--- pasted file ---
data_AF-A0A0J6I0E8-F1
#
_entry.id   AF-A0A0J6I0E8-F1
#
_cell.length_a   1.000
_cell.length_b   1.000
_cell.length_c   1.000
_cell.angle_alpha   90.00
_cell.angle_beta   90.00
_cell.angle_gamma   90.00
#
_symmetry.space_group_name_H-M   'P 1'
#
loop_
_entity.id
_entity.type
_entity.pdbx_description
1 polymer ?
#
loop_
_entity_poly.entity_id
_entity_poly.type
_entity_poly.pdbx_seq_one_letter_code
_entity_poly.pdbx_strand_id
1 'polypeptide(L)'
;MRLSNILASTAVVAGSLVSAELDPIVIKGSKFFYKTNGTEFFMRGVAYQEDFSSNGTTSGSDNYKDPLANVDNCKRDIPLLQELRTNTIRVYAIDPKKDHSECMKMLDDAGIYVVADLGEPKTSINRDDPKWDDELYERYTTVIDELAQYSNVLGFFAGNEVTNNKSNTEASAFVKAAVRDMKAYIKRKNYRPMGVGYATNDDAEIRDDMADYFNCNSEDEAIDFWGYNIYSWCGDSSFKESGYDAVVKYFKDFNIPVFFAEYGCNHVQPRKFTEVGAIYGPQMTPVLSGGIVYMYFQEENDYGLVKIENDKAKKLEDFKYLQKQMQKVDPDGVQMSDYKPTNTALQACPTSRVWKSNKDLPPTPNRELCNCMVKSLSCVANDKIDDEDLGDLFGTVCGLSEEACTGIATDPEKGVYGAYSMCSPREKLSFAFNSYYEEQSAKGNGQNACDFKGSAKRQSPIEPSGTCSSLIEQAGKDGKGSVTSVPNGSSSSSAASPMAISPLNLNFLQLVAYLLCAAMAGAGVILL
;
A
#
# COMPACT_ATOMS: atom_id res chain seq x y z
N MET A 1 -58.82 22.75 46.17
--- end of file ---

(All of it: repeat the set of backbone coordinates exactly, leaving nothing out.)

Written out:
data_AF-A0A0J6I0E8-F1
#
_entry.id   AF-A0A0J6I0E8-F1
#
_cell.length_a   1.000
_cell.length_b   1.000
_cell.length_c   1.000
_cell.angle_alpha   90.00
_cell.angle_beta   90.00
_cell.angle_gamma   90.00
#
_symmetry.space_group_name_H-M   'P 1'
#
loop_
_entity.id
_entity.type
_entity.pdbx_description
1 polymer ?
#
loop_
_entity_poly.entity_id
_entity_poly.type
_entity_poly.pdbx_seq_one_letter_code
_entity_poly.pdbx_strand_id
1 'polypeptide(L)'
;MRLSNILASTAVVAGSLVSAELDPIVIKGSKFFYKTNGTEFFMRGVAYQEDFSSNGTTSGSDNYKDPLANVDNCKRDIPLLQELRTNTIRVYAIDPKKDHSECMKMLDDAGIYVVADLGEPKTSINRDDPKWDDELYERYTTVIDELAQYSNVLGFFAGNEVTNNKSNTEASAFVKAAVRDMKAYIKRKNYRPMGVGYATNDDAEIRDDMADYFNCNSEDEAIDFWGYNIYSWCGDSSFKESGYDAVVKYFKDFNIPVFFAEYGCNHVQPRKFTEVGAIYGPQMTPVLSGGIVYMYFQEENDYGLVKIENDKAKKLEDFKYLQKQMQKVDPDGVQMSDYKPTNTALQACPTSRVWKSNKDLPPTPNRELCNCMVKSLSCVANDKIDDEDLGDLFGTVCGLSEEACTGIATDPEKGVYGAYSMCSPREKLSFAFNSYYEEQSAKGNGQNACDFKGSAKRQSPIEPSGTCSSLIEQAGKDGKGSVTSVPNGSSSSSAASPMAISPLNLNFLQLVAYLLCAAMAGAGVILL
;
A
#
# COMPACT_ATOMS: atom_id res chain seq x y z
N MET A 1 -58.82 22.75 46.17